The answer is startling and simple: the good victims further the left's cause, which is never about an individual victim, but instead about the left's collective cause.  A leftist admitted this to David Horowitz, a former radical, back in the 1960s.  In an interview with the head of the ACLU task force on women, Leslie Harris, Horowitz asked how feminists could continue to support Ted Kennedy, who was a prominent abuser of women.  Her answer: "We know that, but he's down for the political agenda"iv.

The reality is that victimization is a clever propaganda technique preeminent in communism.  To appreciate its centrality, a member of the of the Central Committee in 1925 remarked: "I think it is quite clear by now that the Communist International in its earliest years in a number of countries, was only a society for the propaganda of communism without being aware of this itself."  (Emphasis added.)  (From Propaganda Society to Communist Party: Pages from Party History, 1919-1925.)  It is used to manipulate the masses as well as the victim, a tactic perfected by the left in warfare.

The algorithm is fairly simple.  For bad victims: deny, delay, deceive, de-emphasize, distract, deflect, and, if necessary, destroy.  For good victims: emphasize, initiate petitions, agitate, influence legislators, and (this is critical) "use" them -- so that even the victims don't know that they are being manipulated (together with the masses, of course).  Subsequently, there will be a dedicated and collective unity surrounding the victim with disciplined messaging from the media, be it "tax the rich," "occupy Wall Street," or "academic freedom."

Victimization is simply a form of propaganda to affect public opinion and further the left's goals of radical change through regulations, laws, and social engineering.  Budenz, a former communist and editor of the Daily Worker, said that "every act of the communist is for the purpose of affecting public opinion"v.  According to instructions from a member of the American Politburo in 1950, the communist must "seek out the grievances or arguments which will appeal to those around him as non-Communist in character"vi.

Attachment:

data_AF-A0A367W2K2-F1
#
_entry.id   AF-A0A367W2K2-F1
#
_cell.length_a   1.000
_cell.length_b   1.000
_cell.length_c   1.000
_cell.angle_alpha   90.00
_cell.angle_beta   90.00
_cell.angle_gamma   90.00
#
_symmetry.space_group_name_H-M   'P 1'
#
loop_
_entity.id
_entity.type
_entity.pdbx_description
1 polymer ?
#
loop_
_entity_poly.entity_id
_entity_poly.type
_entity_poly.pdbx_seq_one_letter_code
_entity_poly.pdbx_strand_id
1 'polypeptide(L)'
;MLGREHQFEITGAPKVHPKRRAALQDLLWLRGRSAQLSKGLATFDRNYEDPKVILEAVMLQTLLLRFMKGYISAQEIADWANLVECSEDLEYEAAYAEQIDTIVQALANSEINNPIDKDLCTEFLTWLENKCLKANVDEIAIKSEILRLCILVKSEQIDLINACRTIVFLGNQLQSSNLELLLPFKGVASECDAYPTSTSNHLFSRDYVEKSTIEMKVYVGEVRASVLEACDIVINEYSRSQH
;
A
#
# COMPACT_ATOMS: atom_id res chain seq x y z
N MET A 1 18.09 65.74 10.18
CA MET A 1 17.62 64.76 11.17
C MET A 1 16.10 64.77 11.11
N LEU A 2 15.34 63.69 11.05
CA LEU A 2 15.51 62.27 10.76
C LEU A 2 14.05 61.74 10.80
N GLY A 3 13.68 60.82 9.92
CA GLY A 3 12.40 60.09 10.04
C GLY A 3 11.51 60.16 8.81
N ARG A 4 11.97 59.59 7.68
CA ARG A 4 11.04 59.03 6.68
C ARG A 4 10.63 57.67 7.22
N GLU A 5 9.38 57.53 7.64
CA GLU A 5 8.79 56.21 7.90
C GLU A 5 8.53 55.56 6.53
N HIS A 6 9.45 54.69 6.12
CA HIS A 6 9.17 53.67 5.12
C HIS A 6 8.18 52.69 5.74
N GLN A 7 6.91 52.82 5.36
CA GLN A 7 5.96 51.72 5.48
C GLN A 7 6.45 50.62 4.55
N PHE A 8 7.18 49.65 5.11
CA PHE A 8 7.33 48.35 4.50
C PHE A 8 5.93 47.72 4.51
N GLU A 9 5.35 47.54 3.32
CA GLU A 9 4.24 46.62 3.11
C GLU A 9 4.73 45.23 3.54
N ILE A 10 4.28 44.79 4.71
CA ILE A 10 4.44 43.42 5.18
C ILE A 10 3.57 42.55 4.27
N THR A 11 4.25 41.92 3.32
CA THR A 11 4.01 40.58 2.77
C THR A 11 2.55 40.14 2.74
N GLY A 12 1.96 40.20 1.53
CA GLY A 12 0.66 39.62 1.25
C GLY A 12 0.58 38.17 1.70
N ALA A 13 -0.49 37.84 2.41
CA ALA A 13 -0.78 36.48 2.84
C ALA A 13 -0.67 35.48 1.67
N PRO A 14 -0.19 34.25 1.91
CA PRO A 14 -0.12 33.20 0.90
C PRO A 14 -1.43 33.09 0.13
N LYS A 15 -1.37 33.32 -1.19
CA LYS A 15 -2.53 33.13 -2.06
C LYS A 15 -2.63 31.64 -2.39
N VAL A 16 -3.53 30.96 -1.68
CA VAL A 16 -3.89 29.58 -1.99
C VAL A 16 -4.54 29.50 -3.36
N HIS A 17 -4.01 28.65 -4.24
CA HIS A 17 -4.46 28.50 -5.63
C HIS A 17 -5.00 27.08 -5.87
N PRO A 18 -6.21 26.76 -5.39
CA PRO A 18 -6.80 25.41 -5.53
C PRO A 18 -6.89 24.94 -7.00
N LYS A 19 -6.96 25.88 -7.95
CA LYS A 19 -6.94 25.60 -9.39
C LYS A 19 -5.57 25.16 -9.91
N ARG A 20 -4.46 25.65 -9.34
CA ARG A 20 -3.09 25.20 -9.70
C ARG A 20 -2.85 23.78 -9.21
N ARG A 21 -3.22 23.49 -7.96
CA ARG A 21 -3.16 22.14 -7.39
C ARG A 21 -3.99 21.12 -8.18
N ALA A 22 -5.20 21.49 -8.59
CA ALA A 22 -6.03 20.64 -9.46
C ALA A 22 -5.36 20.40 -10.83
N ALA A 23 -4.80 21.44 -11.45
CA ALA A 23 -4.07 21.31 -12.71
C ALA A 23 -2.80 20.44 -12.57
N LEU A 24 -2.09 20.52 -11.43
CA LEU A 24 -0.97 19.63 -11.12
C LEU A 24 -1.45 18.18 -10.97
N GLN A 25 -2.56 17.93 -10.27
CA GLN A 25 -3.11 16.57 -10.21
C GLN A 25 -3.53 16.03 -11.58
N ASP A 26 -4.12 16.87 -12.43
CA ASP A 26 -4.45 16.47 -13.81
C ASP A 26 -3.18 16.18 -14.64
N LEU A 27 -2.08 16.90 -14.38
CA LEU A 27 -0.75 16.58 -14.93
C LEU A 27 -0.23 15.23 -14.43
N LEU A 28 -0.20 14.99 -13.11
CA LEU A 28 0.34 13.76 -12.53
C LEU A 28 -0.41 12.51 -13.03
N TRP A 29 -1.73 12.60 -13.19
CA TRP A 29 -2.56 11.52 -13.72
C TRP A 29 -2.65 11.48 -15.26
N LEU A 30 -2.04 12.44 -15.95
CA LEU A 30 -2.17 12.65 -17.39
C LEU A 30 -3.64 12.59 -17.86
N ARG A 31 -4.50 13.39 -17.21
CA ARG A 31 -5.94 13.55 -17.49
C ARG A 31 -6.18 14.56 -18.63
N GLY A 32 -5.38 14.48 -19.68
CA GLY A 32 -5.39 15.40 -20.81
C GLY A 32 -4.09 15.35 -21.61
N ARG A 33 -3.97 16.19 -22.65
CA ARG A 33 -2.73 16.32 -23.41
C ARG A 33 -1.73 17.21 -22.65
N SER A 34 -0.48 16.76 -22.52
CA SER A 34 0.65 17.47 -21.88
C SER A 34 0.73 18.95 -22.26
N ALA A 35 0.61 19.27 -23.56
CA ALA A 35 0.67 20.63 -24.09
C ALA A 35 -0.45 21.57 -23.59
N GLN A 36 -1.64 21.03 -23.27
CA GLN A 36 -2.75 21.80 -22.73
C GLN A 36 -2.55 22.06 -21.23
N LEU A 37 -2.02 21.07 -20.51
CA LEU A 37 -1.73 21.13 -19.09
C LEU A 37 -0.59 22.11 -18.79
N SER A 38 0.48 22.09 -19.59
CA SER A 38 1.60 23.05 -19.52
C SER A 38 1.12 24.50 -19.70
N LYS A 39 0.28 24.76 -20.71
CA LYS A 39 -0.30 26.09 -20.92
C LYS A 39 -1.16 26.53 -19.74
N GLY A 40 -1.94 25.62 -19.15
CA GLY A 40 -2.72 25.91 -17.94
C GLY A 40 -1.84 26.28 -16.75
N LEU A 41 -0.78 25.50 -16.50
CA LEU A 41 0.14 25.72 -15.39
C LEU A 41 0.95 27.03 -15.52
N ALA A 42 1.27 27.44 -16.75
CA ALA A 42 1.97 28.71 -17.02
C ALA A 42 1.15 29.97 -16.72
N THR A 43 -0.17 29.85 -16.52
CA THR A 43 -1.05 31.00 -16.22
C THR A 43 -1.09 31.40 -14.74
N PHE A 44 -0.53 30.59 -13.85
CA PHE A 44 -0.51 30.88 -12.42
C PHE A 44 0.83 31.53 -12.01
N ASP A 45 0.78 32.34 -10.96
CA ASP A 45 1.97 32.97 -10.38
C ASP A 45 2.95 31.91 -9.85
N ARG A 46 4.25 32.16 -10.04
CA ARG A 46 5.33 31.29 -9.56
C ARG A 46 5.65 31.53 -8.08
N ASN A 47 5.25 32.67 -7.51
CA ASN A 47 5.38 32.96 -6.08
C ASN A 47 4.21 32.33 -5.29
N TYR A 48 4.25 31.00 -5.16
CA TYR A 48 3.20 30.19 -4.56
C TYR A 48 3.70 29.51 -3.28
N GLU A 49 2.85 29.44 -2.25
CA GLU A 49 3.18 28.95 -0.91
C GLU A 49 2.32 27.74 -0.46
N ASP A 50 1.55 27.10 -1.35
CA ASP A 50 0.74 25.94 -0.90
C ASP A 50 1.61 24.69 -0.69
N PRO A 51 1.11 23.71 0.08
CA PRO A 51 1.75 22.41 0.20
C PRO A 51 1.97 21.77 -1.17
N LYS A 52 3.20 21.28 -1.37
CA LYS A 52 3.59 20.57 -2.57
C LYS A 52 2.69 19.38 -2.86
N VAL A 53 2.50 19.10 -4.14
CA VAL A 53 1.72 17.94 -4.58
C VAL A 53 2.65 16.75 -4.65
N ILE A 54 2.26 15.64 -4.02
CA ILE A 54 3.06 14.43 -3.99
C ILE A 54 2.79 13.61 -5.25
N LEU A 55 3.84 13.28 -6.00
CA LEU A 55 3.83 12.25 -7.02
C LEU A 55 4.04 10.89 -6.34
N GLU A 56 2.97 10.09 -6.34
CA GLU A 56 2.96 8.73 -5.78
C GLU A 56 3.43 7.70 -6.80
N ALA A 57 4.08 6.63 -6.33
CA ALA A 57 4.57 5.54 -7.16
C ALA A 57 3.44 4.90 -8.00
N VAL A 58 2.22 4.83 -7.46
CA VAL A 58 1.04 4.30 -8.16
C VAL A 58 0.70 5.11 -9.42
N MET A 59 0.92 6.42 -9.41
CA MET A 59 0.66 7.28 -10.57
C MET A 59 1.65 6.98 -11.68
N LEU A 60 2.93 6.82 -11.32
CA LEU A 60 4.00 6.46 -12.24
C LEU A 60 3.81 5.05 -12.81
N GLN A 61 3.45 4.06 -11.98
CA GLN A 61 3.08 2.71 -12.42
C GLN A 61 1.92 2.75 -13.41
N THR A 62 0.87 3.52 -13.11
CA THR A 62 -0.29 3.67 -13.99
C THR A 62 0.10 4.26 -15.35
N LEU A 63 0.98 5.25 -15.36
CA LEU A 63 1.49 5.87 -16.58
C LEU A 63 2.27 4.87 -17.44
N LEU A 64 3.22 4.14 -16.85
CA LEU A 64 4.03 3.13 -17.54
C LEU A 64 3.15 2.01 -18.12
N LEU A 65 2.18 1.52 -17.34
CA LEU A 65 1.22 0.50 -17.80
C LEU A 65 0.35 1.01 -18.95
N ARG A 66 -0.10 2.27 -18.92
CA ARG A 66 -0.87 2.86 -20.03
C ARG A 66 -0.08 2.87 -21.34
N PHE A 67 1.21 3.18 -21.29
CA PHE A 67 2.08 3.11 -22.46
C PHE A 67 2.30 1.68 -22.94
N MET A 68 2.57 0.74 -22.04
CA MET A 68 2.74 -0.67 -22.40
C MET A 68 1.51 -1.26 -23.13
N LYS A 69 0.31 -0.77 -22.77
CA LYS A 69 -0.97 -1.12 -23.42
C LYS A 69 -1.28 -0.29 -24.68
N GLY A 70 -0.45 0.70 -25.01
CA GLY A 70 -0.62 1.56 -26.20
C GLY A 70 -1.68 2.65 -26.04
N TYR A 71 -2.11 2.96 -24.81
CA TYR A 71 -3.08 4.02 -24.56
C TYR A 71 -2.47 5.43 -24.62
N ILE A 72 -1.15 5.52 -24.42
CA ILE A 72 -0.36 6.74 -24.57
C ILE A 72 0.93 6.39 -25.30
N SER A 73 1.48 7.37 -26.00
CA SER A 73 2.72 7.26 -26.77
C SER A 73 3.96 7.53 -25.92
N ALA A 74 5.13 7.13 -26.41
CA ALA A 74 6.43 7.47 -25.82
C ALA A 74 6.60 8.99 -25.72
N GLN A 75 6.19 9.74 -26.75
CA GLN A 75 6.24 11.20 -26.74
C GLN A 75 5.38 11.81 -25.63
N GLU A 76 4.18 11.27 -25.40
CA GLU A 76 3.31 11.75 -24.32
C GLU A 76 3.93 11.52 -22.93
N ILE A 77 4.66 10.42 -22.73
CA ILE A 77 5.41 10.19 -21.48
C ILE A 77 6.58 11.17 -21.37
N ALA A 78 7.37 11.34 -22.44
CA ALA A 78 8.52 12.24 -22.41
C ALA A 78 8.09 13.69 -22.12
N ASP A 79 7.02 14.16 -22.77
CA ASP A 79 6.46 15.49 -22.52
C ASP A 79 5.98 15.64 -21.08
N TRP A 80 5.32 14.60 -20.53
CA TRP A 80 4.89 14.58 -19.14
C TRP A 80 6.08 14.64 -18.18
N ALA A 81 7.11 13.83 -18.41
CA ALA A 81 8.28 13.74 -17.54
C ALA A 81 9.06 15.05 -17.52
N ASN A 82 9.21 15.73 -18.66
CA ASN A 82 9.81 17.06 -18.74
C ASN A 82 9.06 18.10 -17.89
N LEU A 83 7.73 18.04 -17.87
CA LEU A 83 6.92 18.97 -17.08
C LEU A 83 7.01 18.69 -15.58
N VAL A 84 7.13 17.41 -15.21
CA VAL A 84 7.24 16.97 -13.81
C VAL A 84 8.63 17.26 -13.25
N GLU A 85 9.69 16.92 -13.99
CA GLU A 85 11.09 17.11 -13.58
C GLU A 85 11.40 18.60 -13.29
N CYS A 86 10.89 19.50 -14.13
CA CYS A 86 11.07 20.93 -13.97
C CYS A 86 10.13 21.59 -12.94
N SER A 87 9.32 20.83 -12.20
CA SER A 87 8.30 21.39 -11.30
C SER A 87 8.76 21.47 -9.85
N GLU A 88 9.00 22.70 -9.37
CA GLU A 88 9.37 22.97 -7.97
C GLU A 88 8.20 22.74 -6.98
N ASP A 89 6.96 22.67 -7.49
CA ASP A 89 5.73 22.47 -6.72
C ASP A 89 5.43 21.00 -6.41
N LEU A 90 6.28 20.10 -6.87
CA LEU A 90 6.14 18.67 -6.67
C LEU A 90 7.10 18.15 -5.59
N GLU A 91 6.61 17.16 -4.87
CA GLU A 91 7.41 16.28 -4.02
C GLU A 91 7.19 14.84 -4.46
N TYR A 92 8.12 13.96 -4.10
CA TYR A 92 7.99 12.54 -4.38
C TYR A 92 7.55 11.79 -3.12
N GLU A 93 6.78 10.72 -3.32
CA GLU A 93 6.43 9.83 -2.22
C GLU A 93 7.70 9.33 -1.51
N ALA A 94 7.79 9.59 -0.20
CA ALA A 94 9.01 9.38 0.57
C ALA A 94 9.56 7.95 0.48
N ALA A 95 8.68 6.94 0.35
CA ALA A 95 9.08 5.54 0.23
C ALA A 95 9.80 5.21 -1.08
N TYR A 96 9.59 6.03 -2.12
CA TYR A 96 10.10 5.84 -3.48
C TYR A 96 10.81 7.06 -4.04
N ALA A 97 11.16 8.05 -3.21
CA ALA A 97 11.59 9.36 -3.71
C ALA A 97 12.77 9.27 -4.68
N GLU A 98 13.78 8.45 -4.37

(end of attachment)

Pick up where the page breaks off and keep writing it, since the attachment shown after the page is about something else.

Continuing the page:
In comparing the left's good and bad victims, there is an imbalance in the scales of social justice.  There is never an examination of the consequences of the left's actions.  Could it be that the bad victims are, in fact, consequences of the left's policies and heroes?

i Note the tactic of charging the researcher, rather than Wright, with vitriol.  "The Big Lie technique is particularly marked in the Communist device of accusing opponents or prospective victims of the crimes which the proletarian dictatorship itself commits" (Budenz, Louis, The Techniques of Communism, Arno Press, New York, 1977, p. 58-9).

ii A majority of the victims of pedophilia are represented by SNAP, whose national director, David Clohessy, worked for ACORN (Catholic World Report).

iii There was a string of rapes at the Occupy Wall Street protests.  Far from publicity for these rapes, one organizer said, "We don't tell anyone.  "We handle it internally. I said too much already" (Daily Caller).  The protesters at Wall Street were represented by the National Lawyers' Guild.

iv Horowitz, David, Radical Son, Simon & Schuster, New York, 1997, 333.

v Budenz, ibid., 155.

vi Ibid., 155, 156.